Transition from College to Foundation
(Excerpts from The Monticello College Foundation “An Incorporated Ideal” by Dr. Robert R. Anschuetz)
At a meeting of the Monticello Board of Trustees on May 24, 1970, the decision was made to close Monticello College in an orderly fashion. It so happened, fortuitously for both the seller (Monticello) and the purchaser (Lewis and Clark Community College – LCCC), that there was an increasing sentiment at this same time and area for the establishment of a tax-supported coeducational junior college. There had been a positive declaration by public ballot to proceed with the establishment of such an institution and contact ensued between the two parties. The sale of the campus was consummated and an additional agreement was made that Monticello College would maintain a composite student body for the 1970-1971 academic year consisting of the last class of the Monticello students plus the first class of students of the newly organized Lewis and Clark Community College. With a singleness of purpose by all concerned, a smooth transitional year was accomplished and terminated with the graduation of the Monticello College class of 1971, Monticello’s last graduating class.
When the campus sale agreement had been reached, there were many new challenges to be met. There was accord among the Monticello trustees that their administrative functions would meld into a foundation to be known as The Monticello College Foundation; however, the location of its office was uncertain. A request for office space for the Foundation in Erickson Hall, the most recently constructed building on the campus was not grantable because the Lewis and Clark administration had claimed that space already. However, a stately ante-bellum residence on the campus, known as The Evergreens, had been the traditional residence of the president of Monticello College. As state regulations did not allow presidents of state-supported junior colleges to live on campus, the Monticello administration contracted with the Lewis and Clark administration to occupy The Evergreens.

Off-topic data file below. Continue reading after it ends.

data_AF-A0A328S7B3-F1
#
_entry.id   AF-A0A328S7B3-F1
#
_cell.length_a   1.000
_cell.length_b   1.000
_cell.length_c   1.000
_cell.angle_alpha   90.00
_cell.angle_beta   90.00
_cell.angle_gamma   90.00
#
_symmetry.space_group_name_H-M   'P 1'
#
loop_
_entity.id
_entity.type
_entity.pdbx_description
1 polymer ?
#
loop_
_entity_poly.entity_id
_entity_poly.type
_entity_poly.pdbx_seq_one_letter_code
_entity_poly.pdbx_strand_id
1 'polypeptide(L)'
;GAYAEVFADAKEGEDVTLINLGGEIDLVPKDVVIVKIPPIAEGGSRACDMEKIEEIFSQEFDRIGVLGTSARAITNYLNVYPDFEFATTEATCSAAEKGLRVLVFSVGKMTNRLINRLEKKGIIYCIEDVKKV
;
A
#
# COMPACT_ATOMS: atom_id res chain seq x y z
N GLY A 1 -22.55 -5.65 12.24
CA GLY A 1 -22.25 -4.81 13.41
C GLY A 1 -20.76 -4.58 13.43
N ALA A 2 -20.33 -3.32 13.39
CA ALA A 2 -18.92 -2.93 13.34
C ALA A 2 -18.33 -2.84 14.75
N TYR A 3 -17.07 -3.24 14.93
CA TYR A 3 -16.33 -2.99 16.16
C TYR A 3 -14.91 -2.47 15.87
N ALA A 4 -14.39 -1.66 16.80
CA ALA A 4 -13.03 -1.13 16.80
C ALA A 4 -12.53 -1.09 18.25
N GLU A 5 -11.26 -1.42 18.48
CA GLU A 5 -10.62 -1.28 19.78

In return for the perpetual use of this building, the Monticello trustees gave the 30,000 volumes in the college library to LCCC, enabling that fledgling school to be relieved of the complicated necessity of assembling a suitable replacement junior college library. Through the subsequent years, The Evergreens has been the site of continuing historic and/or nostalgic interest to visitors who may have been alumnae, students who chose some aspect of the Monticello history for a class assignment, persons interested in mid-nineteenth century architecture, or most importantly, the office from which The Monticello College Foundation personnel have continued the “promotion of female education.”
As the alteration from a college to a foundation would require legal modification Dr. Gail Myers (President of Monticello College) and Karl K. Hoagland Jr. (Trustee and Counsel) were astutely anticipating the changing legal position. Their recommendation to the Board of Trustees was essentially to retain the original entity created in 1843 by Act of the Illinois legislature, amend the charter to change the name to “The Monticello College Foundation,” and continue the original purpose of promoting female education. This amended charter became effective on July 1, 1971, and can be considered a temporal extension in concept of the charter granted by the State of Illinois to the Monticello Female Seminary in 1843.
The transfer of the college organization and campus to the LCCC administration occurred on July 1, 1971. When Monticello sold its campus of land and improvements thereon to LCCC for four million dollars, the character of that transfer reflected a strong desire by the Monticello trustees that the campus and buildings would continue to be the site of an educational institution. If there ever was such a thing as purchase of a “turn key college” including campus, loyal administration and faculty, functioning physical facilities and maintenance crew, this particular transaction could be considered a prime example.
Summary – Sale of the Monticello College Campus
||The purchase price of the campus was four million dollars with payment completed on April 26, 1972.
||The size of the campus was 183 acres.
||The buyer was the State of Illinois, Junior College District #536, represented by Lewis and Clark Community College (LCCC).
||On May 29, 1971, there was agreement that The Monticello College Foundation would have continued use of The Evergreens for its office; in return, the Foundation gave LCCC the 30,000 volumes constituting the junior college library.
||On March 11, 1972, the Foundation gave a Charitable Trust of fixtures, furniture, and equipment to LCCC, valued at $661,600 by The American Appraisal Company.